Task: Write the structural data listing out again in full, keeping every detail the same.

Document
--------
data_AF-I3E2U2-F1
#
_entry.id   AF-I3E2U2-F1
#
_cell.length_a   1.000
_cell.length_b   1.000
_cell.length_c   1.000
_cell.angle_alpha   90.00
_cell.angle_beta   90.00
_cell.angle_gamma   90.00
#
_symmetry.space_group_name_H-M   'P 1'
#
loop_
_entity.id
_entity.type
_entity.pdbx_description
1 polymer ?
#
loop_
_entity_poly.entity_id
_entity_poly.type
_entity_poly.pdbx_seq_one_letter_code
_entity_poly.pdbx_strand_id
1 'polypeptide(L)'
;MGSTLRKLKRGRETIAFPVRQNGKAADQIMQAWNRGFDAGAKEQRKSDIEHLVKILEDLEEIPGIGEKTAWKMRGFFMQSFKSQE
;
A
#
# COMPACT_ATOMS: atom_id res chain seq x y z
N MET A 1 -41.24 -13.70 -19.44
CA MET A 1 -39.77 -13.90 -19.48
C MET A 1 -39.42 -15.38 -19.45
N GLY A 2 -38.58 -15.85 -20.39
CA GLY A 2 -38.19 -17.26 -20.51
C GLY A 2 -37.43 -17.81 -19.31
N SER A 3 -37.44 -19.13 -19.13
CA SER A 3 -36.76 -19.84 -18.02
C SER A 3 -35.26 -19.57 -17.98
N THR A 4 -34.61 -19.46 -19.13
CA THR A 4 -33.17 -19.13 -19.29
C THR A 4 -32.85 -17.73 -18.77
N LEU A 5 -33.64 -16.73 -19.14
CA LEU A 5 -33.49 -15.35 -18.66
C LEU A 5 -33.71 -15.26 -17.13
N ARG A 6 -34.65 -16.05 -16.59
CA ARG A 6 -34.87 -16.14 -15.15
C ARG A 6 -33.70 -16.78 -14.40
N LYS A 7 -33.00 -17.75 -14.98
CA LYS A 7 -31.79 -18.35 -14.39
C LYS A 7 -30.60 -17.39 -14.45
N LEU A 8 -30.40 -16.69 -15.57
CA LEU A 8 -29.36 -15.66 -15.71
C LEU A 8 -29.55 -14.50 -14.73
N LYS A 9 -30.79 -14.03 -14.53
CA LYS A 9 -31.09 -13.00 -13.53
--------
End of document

data_AF-I3E2U2-F1
#
_entry.id   AF-I3E2U2-F1
#
_cell.length_a   1.000
_cell.length_b   1.000
_cell.length_c   1.000
_cell.angle_alpha   90.00
_cell.angle_beta   90.00
_cell.angle_gamma   90.00
#
_symmetry.space_group_name_H-M   'P 1'
#
loop_
_entity.id
_entity.type
_entity.pdbx_description
1 polymer ?
#
loop_
_entity_poly.entity_id
_entity_poly.type
_entity_poly.pdbx_seq_one_letter_code
_entity_poly.pdbx_strand_id
1 'polypeptide(L)'
;MGSTLRKLKRGRETIAFPVRQNGKAADQIMQAWNRGFDAGAKEQRKSDIEHLVKILEDLEEIPGIGEKTAWKMRGFFMQSFKSQE
;
A
#
# COMPACT_ATOMS: atom_id res chain seq x y z
N MET A 1 -41.24 -13.70 -19.44
CA MET A 1 -39.77 -13.90 -19.48
C MET A 1 -39.42 -15.38 -19.45
N GLY A 2 -38.58 -15.85 -20.39
CA GLY A 2 -38.19 -17.26 -20.51
C GLY A 2 -37.43 -17.81 -19.31
N SER A 3 -37.44 -19.13 -19.13
CA SER A 3 -36.76 -19.84 -18.02
C SER A 3 -35.26 -19.57 -17.98
N THR A 4 -34.61 -19.46 -19.13
CA THR A 4 -33.17 -19.13 -19.29
C THR A 4 -32.85 -17.73 -18.77
N LEU A 5 -33.64 -16.73 -19.14
CA LEU A 5 -33.49 -15.35 -18.66
C LEU A 5 -33.71 -15.26 -17.13
N ARG A 6 -34.65 -16.05 -16.59
CA ARG A 6 -34.87 -16.14 -15.15
C ARG A 6 -33.70 -16.78 -14.40
N LYS A 7 -33.00 -17.75 -14.98
CA LYS A 7 -31.79 -18.35 -14.39
C LYS A 7 -30.60 -17.39 -14.45
N LEU A 8 -30.40 -16.69 -15.57
CA LEU A 8 -29.36 -15.66 -15.71
C LEU A 8 -29.55 -14.50 -14.73
N LYS A 9 -30.79 -14.03 -14.53
CA LYS A 9 -31.09 -13.00 -13.53